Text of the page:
WATCH: Golfer spends 24 seconds perfecting swing before actually hitting ball

Rory McIlroy driver

We all know the benefits to be had from perfecting your golf swing – but we also all know that one person who takes it way too far.

 

Now we’re fairly certain, fairly, that this particular golfer is just fooling around to prove a point…but the fact we’ve even got a tiny doubt about it tells you that this can be an issue on the course.

It is unclear if he is trying to threaten the ball into submission or is buffering.

Make your technique your own, sure, but maybe don’t do this.

What makes a good golf swing?

A good swing isn’t about aesthetics, but there are observable elements present in the most effective golf swings.

Starting from the top, a good swing should see the golfer’s shoulders tilt from the top.

Most golfers who desire to hit long shots might benefit from adding additional rotation to their swing. It is not enough to just turn your shoulders; you must also pay attention to how they turn. Some players make the mistake of turning their shoulders as if looking behind them. To swing like a pro, tilt your shoulders as you turn them. On a backswing, your left front shoulder should drop to the ground as you turn. Although it may appear you are leaning, practicing in front of a mirror will help you make better turns and generate more club speed.

Moving down to the hips now, these should be shifting slightly towards the target. Your hips should turn diagonally toward the target.

A good swing requires proper swaying posture, and a helpful approach is to move some pressure – but not all – to the rear foot. Some players make the mistake of turning their bodies too far away from the ball. Make your tailbone a reference point. It should move closer to the target as you turn, but don’t let your head slip or go over that back foot.

Hip position can lead to an inaccurate swing. If you cut across the ball, which leads to slicing it may be that you are overly concerned with your upper body and neglect the hips and lower body.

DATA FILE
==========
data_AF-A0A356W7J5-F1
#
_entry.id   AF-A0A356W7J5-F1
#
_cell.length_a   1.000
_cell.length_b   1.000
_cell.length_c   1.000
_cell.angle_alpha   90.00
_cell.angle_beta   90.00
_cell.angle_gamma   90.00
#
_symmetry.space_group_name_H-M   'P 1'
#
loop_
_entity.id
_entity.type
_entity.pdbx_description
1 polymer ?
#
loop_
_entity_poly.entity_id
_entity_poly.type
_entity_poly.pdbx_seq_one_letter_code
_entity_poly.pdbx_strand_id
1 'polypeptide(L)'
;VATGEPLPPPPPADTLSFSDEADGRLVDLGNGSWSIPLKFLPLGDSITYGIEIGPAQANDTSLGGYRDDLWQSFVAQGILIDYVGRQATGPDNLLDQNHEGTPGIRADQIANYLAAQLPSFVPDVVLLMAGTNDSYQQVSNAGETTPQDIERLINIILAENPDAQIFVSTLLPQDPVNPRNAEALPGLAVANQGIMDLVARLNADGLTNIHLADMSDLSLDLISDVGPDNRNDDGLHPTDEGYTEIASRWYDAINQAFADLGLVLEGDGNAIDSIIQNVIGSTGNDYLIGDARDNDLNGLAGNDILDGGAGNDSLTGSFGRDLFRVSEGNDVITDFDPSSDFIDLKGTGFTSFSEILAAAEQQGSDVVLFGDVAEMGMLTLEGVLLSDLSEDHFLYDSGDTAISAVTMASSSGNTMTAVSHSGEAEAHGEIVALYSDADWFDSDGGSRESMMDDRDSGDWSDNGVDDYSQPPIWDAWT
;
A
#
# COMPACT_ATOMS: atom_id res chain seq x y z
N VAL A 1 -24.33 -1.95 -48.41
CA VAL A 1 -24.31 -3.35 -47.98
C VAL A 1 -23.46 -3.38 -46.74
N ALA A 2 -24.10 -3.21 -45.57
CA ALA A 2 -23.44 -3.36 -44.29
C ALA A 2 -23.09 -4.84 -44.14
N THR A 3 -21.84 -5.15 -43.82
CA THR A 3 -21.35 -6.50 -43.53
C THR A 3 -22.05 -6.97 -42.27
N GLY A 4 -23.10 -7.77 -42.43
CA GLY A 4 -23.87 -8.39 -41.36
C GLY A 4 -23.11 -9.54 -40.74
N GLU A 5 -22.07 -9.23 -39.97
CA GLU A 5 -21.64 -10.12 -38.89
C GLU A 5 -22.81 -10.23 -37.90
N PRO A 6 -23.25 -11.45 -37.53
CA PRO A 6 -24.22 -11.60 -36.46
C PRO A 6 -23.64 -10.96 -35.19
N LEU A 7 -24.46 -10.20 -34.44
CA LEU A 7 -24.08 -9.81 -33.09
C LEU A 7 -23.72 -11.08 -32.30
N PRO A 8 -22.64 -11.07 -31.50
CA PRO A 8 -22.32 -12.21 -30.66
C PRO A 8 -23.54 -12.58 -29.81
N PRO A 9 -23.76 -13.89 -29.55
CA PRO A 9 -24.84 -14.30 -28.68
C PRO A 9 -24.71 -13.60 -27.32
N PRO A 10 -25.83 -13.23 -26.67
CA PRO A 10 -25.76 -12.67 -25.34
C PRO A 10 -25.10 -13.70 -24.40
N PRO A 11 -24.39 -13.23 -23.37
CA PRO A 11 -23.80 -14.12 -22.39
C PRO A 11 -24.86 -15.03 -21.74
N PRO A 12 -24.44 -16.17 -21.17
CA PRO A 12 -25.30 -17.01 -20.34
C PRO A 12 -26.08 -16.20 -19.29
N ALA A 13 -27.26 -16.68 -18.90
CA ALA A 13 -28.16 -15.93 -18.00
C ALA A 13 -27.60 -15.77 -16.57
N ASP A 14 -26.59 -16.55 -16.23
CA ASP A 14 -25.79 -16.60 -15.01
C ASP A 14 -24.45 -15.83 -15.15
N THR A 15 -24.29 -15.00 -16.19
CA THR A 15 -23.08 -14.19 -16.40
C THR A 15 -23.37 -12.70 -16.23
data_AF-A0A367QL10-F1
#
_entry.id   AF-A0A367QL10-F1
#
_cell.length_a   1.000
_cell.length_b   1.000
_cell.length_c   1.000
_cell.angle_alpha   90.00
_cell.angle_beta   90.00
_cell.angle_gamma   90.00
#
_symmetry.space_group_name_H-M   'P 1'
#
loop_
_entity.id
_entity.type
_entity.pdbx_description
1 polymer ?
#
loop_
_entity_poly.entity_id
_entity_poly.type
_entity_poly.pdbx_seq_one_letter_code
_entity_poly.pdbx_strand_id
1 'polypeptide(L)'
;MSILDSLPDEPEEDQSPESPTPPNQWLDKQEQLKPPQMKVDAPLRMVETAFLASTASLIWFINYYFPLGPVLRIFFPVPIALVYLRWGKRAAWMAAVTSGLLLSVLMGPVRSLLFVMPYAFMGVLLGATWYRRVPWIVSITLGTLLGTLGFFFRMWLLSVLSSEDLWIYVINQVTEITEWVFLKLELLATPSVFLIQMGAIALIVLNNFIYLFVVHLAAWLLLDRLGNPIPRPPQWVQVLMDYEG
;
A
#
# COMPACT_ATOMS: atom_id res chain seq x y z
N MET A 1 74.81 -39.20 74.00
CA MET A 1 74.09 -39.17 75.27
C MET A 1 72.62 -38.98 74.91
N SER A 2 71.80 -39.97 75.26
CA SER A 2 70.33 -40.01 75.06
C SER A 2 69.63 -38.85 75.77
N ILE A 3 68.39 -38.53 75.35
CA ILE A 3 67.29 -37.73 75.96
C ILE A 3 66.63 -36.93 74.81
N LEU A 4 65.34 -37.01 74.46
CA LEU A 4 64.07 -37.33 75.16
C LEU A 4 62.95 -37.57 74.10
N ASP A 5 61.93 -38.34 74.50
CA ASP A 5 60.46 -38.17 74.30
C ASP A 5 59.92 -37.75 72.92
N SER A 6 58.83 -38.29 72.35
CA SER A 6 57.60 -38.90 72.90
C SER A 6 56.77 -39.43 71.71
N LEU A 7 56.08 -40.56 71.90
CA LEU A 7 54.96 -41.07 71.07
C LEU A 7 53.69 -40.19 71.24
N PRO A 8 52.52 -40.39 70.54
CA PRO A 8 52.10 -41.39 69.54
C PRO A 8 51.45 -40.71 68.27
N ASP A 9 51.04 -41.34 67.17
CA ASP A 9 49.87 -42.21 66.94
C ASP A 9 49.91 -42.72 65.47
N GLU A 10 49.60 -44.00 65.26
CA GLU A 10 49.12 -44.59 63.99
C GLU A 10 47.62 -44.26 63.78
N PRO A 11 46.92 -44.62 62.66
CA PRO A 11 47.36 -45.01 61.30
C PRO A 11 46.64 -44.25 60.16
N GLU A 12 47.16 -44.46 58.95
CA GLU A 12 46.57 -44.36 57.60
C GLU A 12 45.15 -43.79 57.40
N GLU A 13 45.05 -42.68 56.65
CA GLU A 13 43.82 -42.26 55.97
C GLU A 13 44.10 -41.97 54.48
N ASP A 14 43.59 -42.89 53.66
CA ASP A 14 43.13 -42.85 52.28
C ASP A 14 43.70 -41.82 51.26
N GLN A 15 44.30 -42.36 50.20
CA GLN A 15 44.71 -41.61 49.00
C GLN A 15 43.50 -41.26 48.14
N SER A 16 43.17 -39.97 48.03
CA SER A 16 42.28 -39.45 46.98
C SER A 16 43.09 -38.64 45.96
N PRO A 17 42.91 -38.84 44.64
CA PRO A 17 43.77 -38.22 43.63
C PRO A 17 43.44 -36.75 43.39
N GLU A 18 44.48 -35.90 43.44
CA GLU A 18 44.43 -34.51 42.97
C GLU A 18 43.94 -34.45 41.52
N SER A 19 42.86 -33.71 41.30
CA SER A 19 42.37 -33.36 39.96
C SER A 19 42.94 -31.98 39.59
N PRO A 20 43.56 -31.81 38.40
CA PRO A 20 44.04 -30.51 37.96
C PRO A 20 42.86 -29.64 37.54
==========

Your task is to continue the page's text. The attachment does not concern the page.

The professionals will tilt their hips toward the target line. It’s nearly a diagonal hip turn as if they’re twisting. The arms and hands will bring the club through after the hips. You can use your belt buckle as a reference point facing the target line at contact, not the ball. The knees should then point directly to the desired line.

Pro tip from Rory McIlroy

“People are always amazed by how far I hit the ball off the tee,” McIlroy says.

“I’m not the biggest guy out here, at 5-feet-10 and 160 pounds, but I’ve always been long for my size. I have a lot of natural speed. In the gym I work mostly on core stability and flexibility, which has helped make me longer. Plus, I like to swing with no fear. I’m a grip-it-and-rip-it guy. I’ve always played that way, and I’ve quickly found that nearly everyone on tour does, too.

“Over the ball, I think about nothing other than the target. I don’t focus on technique. But, under pressure, I do use one simple swing thought: I pick a spot a foot in front of the ball and hit over it — hard. That takes my mind off the outcome of the shot and keeps me in the process.”

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